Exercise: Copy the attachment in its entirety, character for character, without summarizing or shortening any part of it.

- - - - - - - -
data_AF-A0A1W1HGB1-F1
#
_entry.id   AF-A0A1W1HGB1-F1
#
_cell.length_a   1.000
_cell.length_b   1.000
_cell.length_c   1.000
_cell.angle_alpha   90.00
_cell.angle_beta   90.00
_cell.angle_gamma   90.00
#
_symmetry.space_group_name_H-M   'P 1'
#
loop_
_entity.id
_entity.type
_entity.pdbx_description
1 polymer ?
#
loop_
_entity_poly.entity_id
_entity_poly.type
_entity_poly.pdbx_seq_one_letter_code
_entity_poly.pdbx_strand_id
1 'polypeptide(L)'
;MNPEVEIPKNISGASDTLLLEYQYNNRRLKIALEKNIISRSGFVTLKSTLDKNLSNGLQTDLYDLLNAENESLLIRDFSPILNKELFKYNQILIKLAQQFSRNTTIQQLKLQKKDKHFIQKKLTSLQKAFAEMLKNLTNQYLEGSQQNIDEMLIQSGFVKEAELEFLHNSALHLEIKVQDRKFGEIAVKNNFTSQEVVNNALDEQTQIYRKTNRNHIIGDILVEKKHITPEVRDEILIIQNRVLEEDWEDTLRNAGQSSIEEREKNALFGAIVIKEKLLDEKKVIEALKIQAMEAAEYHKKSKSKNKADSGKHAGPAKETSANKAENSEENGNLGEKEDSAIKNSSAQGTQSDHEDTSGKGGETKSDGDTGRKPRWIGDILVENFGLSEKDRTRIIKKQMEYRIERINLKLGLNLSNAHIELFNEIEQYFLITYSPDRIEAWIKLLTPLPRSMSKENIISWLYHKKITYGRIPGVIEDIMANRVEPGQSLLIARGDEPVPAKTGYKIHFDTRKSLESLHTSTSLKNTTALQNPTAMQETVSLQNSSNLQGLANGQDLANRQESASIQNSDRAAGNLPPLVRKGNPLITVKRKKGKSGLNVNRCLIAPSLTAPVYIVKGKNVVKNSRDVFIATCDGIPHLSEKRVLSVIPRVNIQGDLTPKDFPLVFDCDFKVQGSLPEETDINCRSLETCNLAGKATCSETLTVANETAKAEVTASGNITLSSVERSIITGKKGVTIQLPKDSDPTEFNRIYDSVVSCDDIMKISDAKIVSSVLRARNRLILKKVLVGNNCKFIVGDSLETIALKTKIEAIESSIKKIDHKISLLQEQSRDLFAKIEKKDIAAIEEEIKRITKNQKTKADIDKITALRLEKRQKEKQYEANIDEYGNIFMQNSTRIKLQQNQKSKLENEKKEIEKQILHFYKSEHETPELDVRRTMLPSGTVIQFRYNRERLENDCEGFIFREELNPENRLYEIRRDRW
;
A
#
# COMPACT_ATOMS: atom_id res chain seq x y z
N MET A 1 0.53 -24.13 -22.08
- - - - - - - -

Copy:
data_AF-A0A1W1HGB1-F1
#
_entry.id   AF-A0A1W1HGB1-F1
#
_cell.length_a   1.000
_cell.length_b   1.000
_cell.length_c   1.000
_cell.angle_alpha   90.00
_cell.angle_beta   90.00
_cell.angle_gamma   90.00
#
_symmetry.space_group_name_H-M   'P 1'
#
loop_
_entity.id
_entity.type
_entity.pdbx_description
1 polymer ?
#
loop_
_entity_poly.entity_id
_entity_poly.type
_entity_poly.pdbx_seq_one_letter_code
_entity_poly.pdbx_strand_id
1 'polypeptide(L)'
;MNPEVEIPKNISGASDTLLLEYQYNNRRLKIALEKNIISRSGFVTLKSTLDKNLSNGLQTDLYDLLNAENESLLIRDFSPILNKELFKYNQILIKLAQQFSRNTTIQQLKLQKKDKHFIQKKLTSLQKAFAEMLKNLTNQYLEGSQQNIDEMLIQSGFVKEAELEFLHNSALHLEIKVQDRKFGEIAVKNNFTSQEVVNNALDEQTQIYRKTNRNHIIGDILVEKKHITPEVRDEILIIQNRVLEEDWEDTLRNAGQSSIEEREKNALFGAIVIKEKLLDEKKVIEALKIQAMEAAEYHKKSKSKNKADSGKHAGPAKETSANKAENSEENGNLGEKEDSAIKNSSAQGTQSDHEDTSGKGGETKSDGDTGRKPRWIGDILVENFGLSEKDRTRIIKKQMEYRIERINLKLGLNLSNAHIELFNEIEQYFLITYSPDRIEAWIKLLTPLPRSMSKENIISWLYHKKITYGRIPGVIEDIMANRVEPGQSLLIARGDEPVPAKTGYKIHFDTRKSLESLHTSTSLKNTTALQNPTAMQETVSLQNSSNLQGLANGQDLANRQESASIQNSDRAAGNLPPLVRKGNPLITVKRKKGKSGLNVNRCLIAPSLTAPVYIVKGKNVVKNSRDVFIATCDGIPHLSEKRVLSVIPRVNIQGDLTPKDFPLVFDCDFKVQGSLPEETDINCRSLETCNLAGKATCSETLTVANETAKAEVTASGNITLSSVERSIITGKKGVTIQLPKDSDPTEFNRIYDSVVSCDDIMKISDAKIVSSVLRARNRLILKKVLVGNNCKFIVGDSLETIALKTKIEAIESSIKKIDHKISLLQEQSRDLFAKIEKKDIAAIEEEIKRITKNQKTKADIDKITALRLEKRQKEKQYEANIDEYGNIFMQNSTRIKLQQNQKSKLENEKKEIEKQILHFYKSEHETPELDVRRTMLPSGTVIQFRYNRERLENDCEGFIFREELNPENRLYEIRRDRW
;
A
#
# COMPACT_ATOMS: atom_id res chain seq x y z
N MET A 1 0.53 -24.13 -22.08